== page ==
This morning at the Odeon Leicester Square, the director of the annual London Film Festival, Claire Stewart, officially revealed this year’s packed programme of new features, docs and shorts. London’s biggest celebration of all things cinematic gets bigger every year, with ever more spectacular and star-studded gala premieres, and films from every single corner of the globe. This year’s programme boasts no less than 240 features, which is about 20 straight days of viewing by our reckoning. And yet they manage to squeeze it all into 12!
The highlights are far too numerous to go into here – check out our exhaustive 30 films we’re looking forward to at the LFF feature for that. But we’ll just run down a few of the very highest highlights, so you can get a flavour of what’s in store.
The opening and closing films both have strong British roots: the opener is ‘A United Kingdom’, ‘Belle’ director Amma Asante’s based-on-truth story about the 1940s romance between the king of Botswana and a British woman he met while studying in London. And the closer is ‘Free Fire’, director Ben Wheatley’s first US-set production, a ‘Reservoir Dogs’-ish tale of a group of crooks in 1970s Boston who meet in a warehouse to carry out a dirty deal. The cast is spectacular, even for the director of ‘High Rise’: Brie Larson, Cillian Murphy, Sharlto Copley and the inimitable Michael Smiley all feature.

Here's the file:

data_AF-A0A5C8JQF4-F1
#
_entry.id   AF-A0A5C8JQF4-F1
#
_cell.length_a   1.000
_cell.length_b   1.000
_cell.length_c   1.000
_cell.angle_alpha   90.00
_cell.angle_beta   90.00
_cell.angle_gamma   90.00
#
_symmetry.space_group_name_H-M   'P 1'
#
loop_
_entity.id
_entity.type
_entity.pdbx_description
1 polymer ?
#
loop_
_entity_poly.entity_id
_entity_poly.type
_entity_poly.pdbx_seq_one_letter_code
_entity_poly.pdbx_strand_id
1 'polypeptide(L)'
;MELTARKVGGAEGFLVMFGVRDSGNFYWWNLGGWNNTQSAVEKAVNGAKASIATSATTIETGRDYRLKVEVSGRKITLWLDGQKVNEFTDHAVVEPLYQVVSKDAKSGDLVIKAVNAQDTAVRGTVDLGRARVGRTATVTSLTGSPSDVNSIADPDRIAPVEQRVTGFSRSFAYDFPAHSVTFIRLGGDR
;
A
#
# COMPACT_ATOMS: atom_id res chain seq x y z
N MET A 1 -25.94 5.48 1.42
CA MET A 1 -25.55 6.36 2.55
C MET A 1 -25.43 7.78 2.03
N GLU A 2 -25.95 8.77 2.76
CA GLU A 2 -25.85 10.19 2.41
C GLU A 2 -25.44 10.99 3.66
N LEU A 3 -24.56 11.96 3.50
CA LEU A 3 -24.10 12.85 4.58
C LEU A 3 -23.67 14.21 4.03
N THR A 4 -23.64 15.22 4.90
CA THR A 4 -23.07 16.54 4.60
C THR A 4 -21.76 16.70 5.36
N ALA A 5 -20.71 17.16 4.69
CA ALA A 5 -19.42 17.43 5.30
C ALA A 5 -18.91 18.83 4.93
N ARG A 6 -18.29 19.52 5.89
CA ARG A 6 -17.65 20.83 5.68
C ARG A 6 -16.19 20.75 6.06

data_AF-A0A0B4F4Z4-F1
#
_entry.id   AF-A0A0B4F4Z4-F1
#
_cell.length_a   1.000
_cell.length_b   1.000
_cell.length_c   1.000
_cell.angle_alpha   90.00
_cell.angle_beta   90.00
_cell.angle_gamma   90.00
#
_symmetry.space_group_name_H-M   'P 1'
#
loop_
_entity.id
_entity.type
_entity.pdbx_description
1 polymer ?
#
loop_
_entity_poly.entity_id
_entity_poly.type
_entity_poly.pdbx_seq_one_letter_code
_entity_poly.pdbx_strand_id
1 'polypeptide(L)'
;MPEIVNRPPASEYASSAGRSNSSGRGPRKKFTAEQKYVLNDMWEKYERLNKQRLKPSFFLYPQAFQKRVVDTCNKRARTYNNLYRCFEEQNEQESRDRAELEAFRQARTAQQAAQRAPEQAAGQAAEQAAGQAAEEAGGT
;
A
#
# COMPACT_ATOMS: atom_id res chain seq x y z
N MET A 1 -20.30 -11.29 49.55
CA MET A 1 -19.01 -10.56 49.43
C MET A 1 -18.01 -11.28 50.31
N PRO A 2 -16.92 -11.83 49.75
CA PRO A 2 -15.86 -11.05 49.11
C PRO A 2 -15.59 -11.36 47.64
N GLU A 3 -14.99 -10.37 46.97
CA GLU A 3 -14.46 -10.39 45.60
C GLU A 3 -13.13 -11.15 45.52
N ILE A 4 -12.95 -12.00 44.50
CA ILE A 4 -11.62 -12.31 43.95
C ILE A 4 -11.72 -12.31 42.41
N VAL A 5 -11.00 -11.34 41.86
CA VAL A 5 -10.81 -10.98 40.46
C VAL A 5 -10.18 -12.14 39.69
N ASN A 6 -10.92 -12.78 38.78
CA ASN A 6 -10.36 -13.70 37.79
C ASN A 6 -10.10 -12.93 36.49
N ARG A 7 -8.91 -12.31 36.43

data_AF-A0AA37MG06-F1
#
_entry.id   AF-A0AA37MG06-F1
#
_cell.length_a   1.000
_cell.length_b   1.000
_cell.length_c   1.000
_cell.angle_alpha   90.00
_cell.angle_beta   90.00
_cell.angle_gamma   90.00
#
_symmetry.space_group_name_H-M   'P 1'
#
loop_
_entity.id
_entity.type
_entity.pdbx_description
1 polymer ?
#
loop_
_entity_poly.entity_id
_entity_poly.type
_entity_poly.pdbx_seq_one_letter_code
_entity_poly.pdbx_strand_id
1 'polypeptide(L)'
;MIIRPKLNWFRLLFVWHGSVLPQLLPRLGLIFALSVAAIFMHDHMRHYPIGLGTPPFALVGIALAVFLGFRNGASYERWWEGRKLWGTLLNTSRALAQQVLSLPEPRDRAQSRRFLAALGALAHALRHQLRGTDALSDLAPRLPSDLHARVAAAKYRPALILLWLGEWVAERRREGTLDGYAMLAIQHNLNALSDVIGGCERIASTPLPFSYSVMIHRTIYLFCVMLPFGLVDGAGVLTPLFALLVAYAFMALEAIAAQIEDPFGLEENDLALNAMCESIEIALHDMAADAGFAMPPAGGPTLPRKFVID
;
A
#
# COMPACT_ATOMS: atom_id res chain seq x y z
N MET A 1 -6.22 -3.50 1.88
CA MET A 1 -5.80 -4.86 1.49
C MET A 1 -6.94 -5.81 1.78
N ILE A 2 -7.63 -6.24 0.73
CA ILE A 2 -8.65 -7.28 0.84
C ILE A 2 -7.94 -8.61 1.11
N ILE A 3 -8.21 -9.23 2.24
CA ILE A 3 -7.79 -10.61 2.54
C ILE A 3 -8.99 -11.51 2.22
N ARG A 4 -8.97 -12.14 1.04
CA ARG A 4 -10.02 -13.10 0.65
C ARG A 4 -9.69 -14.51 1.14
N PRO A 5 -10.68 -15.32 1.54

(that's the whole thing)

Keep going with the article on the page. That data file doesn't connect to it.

There’s more homegrown excellence across the gala programme, from Dev Patel as an orphaned boy alongside Rooney Mara and Nicole Kidman in ‘Lion’, to Felicity Jones and Liam Neeson in giddy fantasy ‘A Monster Calls’. You can expect many of these stars to turn up in person for the big premieres – in festival week, Leicester Square is often awash with celebs. And given that the programme features movies starring the likes of Ryan Gosling and Emma Stone (‘La La Land’), Jake Gylenhaal (‘Nocturnal Animals’), Amy Adams (‘Arrival’) and Michelle Williams (‘Manchester By the Sea’), this year should be no exception.
And that’s just the big movies – once you get further into the programme, things get decidedly less predictable. There’s Riz Ahmed as a hardcase private eye in ‘City of Tiny Lights’. There’s a history of the solar system in Terrence Malick’s eye-scorching ‘Voyage of Time’. There are documentaries on everything from African safaris to mass shootings to David Lynch. There’s even a reissue of legendary horror freakout ‘Phantasm’. Truly, all of cinema is here.
The London Film Festival runs from Oct 5 to 16.
Find out how you can get tickets to the LFF with our handy FAQs, and keep an eye on timeout.com/lff for all the hottest LFF reviews as they come in.